Tobacco smoking among the youth, mostly adolescents in the United States, has become very prevalent. According to studies conducted by the CDC, if cigarette smoking carries on among adolescents at the rate it is currently at, 5.6 million Americans who are younger than eighteen will die from smoking-related sicknesses (CDC, 2022). Research shows that the use of tobacco-based products starts and establishes mainly during adolescence. Around nine out of ten adults have their first smoking trial by the time they are eighteen, and approximately 99% begin by the age of twenty-six. Calculations show that about 1600 youth use their first cigarette every day in the U.S., and close to 200 youth start smoking daily (CDC,2022).
One could attribute adolescent smokers’ rise to flavoured cigarettes’ invention. The flavours make them more appealing to the young ones. According to research conducted in 2021, 74.6% of middle school students and 80.2% of high school students who had taken product products within the past month reported using flavoured products. Around 85.8% of high-school students and 79.2% of middle school pupils reportedly used flavoured e-cigarettes (CDC,2022). However, during the pandemic (2019-2020), the use of tobacco products, e-cigarettes, multiple tobacco products, smokeless tobacco, cigars and combustible tobacco products among high and middle school students decreased. This decrease led to an estimate of 1.73 million lesser youth tobacco product users in 2020 compared to 2019.
Adolescent smoking is linked with ethnicity, age, parental socioeconomic status, parental attitudes, parental smoking, family environment, peer smoking, risk behaviours, school factors, depression, stress, health concerns and self-esteem issues (Tyas &Pederson, 2022). According to research, youth/ adolescents who use various tobacco-based products are more likely to develop nicotine dependence and are more likely to continue smoking into their adult lives.
The social and physical environments these young adults are exposed to could also influence them to use tobacco-based products. For instance, the mass media showcases the use of tobacco products as a cool and fun trait. This could make them want to try. Moreover, adolescents are more likely to try something if they observe the people around them, especially their age mates using them. Some genetic and biological factors could cause teens to smoke. Evidence shows that adolescents may be nicotine-sensitive and feel a nicotine dependency faster than adults (CDC, 2022). Moreover, if a pregnant mother smokes, the chances that the child will smoke cigarettes in the future increase.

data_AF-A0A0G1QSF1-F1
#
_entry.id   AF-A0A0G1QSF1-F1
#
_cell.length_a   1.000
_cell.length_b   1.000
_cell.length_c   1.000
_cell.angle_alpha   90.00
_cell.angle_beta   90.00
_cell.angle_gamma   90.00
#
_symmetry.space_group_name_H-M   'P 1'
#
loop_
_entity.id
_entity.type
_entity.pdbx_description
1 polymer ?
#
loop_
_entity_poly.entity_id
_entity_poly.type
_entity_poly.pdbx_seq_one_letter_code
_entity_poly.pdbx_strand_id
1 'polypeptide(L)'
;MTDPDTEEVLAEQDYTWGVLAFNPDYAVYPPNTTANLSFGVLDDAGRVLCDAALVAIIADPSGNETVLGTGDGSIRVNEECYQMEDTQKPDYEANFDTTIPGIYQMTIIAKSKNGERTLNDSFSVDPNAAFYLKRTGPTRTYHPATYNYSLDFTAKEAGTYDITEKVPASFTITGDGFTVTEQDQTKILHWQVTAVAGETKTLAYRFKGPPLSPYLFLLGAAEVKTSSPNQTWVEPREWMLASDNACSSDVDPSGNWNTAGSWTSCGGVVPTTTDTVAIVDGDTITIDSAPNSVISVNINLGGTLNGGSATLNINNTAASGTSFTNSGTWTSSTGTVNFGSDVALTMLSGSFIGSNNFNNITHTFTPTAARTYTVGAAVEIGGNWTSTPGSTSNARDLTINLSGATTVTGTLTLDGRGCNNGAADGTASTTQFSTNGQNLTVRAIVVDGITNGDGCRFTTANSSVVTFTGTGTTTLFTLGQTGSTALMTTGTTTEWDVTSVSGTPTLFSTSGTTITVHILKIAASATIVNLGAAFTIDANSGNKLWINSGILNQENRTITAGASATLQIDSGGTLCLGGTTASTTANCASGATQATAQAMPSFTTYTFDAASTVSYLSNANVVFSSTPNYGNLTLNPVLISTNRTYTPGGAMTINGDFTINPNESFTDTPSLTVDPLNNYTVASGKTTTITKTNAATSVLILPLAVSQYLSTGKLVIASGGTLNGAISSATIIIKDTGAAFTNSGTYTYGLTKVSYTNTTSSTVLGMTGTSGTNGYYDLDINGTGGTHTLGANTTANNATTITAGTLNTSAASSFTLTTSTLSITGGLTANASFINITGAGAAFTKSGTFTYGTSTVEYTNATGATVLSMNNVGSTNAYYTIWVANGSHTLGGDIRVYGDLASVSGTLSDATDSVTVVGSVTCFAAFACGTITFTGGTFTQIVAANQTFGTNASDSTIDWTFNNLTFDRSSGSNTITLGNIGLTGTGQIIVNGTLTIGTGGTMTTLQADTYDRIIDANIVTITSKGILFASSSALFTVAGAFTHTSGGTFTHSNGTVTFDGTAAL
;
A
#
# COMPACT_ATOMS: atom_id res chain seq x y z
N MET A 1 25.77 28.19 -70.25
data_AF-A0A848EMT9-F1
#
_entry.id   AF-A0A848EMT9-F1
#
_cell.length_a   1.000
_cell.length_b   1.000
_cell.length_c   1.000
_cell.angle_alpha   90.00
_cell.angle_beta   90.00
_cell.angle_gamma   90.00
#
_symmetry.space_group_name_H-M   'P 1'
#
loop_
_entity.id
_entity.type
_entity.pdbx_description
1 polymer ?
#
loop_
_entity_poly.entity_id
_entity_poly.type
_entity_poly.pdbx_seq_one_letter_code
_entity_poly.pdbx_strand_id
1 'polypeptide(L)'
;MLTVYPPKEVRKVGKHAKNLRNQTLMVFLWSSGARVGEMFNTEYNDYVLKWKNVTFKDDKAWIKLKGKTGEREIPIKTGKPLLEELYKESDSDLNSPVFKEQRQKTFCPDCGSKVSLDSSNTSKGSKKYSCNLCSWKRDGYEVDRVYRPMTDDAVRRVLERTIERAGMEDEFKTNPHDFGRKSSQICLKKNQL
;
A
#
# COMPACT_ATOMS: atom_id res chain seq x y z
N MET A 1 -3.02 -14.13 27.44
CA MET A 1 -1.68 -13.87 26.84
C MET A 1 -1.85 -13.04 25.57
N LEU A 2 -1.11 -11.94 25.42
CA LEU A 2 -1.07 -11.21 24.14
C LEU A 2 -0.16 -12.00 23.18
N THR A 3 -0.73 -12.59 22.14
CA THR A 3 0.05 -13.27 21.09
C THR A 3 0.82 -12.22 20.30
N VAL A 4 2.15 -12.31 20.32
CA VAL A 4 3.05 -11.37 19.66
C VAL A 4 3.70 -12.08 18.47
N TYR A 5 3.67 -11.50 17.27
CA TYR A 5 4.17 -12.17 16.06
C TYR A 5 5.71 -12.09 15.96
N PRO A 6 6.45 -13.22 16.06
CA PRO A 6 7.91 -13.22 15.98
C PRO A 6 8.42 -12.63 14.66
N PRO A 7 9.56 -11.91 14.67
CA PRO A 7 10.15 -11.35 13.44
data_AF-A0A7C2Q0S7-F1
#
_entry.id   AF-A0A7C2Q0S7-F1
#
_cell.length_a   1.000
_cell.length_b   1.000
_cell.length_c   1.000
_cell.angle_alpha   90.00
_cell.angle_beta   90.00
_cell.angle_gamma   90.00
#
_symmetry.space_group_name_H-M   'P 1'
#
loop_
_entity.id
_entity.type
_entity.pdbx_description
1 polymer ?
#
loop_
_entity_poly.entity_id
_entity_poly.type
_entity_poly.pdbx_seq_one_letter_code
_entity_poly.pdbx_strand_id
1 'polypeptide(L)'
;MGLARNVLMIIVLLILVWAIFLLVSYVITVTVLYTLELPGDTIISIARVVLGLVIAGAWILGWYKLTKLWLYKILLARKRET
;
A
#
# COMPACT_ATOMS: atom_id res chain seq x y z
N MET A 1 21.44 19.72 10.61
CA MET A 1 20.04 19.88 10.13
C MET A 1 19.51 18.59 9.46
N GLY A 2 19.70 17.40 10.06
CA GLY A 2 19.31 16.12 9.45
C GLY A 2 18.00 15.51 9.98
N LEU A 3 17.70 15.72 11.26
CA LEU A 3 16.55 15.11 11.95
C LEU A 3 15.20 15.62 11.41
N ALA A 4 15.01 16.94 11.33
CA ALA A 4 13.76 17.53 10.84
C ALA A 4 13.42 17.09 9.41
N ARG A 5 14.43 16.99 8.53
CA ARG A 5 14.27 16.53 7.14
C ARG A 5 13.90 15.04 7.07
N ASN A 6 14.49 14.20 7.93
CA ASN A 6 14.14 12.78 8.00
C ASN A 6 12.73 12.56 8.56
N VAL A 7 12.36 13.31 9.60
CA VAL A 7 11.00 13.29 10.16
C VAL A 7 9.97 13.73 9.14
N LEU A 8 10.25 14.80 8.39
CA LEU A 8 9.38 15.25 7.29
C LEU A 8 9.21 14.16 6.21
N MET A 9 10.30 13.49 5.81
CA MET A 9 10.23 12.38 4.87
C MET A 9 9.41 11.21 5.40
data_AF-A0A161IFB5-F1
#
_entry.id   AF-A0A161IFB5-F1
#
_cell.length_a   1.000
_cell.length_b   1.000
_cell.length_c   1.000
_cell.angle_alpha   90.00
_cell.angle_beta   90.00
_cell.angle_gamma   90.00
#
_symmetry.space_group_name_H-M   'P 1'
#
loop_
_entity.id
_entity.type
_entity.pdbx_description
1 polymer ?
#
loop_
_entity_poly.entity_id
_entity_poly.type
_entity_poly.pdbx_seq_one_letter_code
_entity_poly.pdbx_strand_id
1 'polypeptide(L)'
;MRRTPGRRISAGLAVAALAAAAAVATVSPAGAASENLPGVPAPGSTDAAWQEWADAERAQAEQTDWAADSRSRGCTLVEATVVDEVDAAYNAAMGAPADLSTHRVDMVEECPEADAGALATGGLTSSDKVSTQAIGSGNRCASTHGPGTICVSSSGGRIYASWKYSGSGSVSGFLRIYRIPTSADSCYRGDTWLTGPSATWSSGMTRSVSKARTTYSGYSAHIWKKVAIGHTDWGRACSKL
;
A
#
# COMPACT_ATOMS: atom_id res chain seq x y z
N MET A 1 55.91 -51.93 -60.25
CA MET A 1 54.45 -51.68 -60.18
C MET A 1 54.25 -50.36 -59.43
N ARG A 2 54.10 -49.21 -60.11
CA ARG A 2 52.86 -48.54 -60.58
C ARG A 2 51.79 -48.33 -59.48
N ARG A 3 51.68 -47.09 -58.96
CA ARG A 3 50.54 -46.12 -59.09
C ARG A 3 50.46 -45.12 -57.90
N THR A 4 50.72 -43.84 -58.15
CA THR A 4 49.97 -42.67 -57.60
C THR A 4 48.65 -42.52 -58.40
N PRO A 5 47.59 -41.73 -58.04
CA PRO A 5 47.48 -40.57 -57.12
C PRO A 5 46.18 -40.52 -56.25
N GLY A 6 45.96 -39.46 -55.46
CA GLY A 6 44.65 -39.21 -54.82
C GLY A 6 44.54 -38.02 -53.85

There are various ways to help reduce cigarette smoking among adolescents in the U.S. As mentioned before, family plays a substantial role in their kids’ lives. If the parent is a smoker, then the chances of the child smoking in their teen years are higher. As such, to help prevent this, families should be educated on this and on changing their family dynamics to help keep their young ones from smoking (United States Public Health Service, 2012). There are other ecologically based efforts to reduce access to tobacco by the youths, such as increasing tobacco taxes, reducing images of smoking in films and other mass media and implementing clean indoor air policies. Most of these preventive efforts utilize the public health language of targeting protective and risk factors. These, at times, are bolstered by ecological, educational and sociological theories.
Smoking among adolescents is cancer that needs to be plucked out of society. The inconsistencies in relationships between adolescent disposable income and parental socioeconomic status must be resolved. Future research on the topic has to be theory-driven and should consider the variety of possible factors influencing smoking.
CDC. (2022, March 10). Youth and tobacco use. Centres for Disease Control and Prevention. Retrieved September 22, 2022, from https://www.cdc.gov/tobacco/data_statistics/fact_sheets/youth_data/tobacco_use/index.htm
Tyas, S. L., & Pederson, l. L. (2022). Psychosocial factors related to adolescent smoking: a critical review of the literature. Tobacco Control – An international peer-reviewed journal from BMJ. Retrieved September 22, 2022, from https://tobaccocontrol.bmj.com/content/7/4/409
The United States. Public Health Service. Office of the Surgeon General. (2012). Preventing tobacco use among youth and young adults: A report of the surgeon general. U.S. Government Printing Office.